Once under way, a more sedate pace was taken as we'd been out for a while and the sun was really starting to get a heat on, the bike computer read a heady 31°C. We headed parallel to the Downs, keeping off the by now inevitably heaving SDW main trail and were rewarded with a fantastic view of the Downs from below plus miles of riding all to ourselves. Reality kicked in at Firle Bostal. We were going to have to cross the Downs at some point, and when better than a route straight up the side. At least it was tarmaced. We spotted some other riders part way up and the next few minutes were given over to our competitive nature and we made sure they were reeled in and over taken before the top, leaving only a few metres of pedalling left to think about how tired our legs were by now. We hit the SDW once more and rolled though the sunshine for a short while before finally stopping for a late lunch above Southease and a view up and down the River Ouse.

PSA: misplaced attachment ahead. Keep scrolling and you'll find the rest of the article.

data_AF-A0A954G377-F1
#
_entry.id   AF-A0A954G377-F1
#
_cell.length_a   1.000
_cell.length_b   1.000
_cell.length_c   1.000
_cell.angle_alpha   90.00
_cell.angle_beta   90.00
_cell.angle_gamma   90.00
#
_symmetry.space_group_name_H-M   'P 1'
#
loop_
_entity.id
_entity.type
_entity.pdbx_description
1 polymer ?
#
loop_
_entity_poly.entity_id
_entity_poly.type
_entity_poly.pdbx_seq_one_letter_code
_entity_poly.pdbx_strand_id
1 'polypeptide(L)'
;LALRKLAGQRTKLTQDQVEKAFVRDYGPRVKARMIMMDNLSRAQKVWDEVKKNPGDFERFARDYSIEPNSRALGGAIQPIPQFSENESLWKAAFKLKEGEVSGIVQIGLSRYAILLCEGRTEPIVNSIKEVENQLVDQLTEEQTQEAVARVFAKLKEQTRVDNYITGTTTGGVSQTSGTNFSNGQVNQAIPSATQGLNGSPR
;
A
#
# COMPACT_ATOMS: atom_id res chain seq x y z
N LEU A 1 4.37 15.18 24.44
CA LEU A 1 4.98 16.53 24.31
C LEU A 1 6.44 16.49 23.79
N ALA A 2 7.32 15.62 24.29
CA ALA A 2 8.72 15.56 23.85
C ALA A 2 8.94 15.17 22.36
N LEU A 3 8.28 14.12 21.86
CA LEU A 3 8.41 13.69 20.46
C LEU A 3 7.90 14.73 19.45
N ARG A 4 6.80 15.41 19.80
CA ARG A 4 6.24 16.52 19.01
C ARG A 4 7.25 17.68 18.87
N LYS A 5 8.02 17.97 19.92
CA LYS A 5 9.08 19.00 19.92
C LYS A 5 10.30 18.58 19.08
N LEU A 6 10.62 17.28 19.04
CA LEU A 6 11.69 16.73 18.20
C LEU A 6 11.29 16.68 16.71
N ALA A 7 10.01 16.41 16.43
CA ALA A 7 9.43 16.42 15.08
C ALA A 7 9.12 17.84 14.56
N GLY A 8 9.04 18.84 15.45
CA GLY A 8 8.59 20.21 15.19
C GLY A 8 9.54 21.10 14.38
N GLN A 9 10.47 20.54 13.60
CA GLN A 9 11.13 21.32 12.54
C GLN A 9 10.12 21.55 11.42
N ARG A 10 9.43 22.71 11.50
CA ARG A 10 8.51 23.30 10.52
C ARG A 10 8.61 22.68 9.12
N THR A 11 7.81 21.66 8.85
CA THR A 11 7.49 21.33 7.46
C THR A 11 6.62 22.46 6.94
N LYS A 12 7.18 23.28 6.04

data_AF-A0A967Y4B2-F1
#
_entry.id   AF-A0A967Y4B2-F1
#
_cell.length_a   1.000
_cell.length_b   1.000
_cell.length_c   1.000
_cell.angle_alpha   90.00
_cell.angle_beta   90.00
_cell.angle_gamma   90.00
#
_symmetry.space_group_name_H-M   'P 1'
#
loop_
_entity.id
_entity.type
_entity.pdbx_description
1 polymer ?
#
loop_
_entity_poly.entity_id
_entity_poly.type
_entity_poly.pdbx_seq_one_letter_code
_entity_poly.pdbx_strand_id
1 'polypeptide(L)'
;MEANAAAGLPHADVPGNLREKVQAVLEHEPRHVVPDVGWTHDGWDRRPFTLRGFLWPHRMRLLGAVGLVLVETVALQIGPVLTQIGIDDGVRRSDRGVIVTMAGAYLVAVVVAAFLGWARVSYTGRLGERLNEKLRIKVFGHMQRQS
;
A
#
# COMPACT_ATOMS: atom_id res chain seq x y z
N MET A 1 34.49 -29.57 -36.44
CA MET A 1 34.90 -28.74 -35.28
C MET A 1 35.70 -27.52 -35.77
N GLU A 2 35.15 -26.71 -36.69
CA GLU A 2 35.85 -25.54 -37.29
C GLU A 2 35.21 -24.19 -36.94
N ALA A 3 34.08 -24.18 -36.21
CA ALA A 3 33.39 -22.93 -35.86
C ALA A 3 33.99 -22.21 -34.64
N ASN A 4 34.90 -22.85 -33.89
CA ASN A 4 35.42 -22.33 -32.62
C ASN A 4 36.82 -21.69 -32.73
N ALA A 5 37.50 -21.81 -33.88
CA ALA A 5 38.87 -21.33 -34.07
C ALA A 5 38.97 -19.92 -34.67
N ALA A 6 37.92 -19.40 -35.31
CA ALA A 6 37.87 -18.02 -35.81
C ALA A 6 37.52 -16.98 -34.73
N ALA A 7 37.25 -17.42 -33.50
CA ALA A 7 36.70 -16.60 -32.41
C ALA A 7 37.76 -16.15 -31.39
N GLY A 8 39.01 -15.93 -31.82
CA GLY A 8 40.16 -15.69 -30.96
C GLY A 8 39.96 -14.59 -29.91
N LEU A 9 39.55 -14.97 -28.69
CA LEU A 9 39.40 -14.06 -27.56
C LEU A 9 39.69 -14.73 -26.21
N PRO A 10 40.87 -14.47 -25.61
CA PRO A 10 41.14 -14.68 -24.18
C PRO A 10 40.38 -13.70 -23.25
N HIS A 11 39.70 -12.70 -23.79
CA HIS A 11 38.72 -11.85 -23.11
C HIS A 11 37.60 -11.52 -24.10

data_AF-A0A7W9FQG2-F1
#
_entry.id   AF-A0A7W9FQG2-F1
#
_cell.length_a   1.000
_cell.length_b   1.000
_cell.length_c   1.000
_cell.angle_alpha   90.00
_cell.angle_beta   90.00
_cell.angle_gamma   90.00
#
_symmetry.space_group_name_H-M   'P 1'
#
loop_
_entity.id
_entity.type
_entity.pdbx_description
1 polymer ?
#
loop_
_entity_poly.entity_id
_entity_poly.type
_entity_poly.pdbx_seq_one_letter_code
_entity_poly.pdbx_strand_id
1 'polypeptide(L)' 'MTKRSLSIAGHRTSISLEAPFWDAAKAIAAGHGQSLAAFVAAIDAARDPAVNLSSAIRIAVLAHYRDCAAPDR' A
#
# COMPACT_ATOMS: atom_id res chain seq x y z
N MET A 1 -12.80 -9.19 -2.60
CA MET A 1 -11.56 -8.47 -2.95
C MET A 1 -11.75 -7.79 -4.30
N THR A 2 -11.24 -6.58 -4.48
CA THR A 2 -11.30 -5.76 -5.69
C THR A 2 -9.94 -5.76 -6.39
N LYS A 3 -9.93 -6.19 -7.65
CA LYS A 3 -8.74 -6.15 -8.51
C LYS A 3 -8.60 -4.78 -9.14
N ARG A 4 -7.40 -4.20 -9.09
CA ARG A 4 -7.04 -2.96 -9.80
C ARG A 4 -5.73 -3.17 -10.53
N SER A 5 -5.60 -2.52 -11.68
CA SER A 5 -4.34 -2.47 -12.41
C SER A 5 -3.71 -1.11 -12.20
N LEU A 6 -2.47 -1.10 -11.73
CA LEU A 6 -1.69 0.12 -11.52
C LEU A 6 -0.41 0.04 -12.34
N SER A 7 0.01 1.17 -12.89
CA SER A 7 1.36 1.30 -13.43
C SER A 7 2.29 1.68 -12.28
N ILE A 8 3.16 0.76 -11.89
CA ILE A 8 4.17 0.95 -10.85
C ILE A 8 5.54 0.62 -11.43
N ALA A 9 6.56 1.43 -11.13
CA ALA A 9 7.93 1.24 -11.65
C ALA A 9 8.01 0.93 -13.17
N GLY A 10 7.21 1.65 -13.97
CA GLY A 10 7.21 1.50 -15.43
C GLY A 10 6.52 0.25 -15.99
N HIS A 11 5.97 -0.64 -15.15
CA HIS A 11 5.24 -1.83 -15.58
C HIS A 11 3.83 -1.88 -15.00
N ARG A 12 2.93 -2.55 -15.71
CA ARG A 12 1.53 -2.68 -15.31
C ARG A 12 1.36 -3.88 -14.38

Ouse valley & Lunch: Pie, crisps and cake. Probably what Lance eats too.
On the final stretch, just before we hit the last meaningful climb of the trip, we hit upon an unexpected sign that added to the sense of adventure. A large post marked the Greenwich Meridian, which we were crossing on our travels.
The Greenwich Meridian, as crossed by Rob Dean + a lot of luggage
By the time we'd got ourselves back to the outskirts of town and dropped down to the seafront we were spent. We span along the front, blissfully content in our adventure and planned our next trips and goals for the coming year. The trip had been a success and we'd definitely had an adventure, all be it a mini one, without venturing too far from home, with the luxury of being able to ride to and from our own front door. 


What a brilliant way to spend a sunny weekend in October.

A mini-adventure mapped out in my own back yard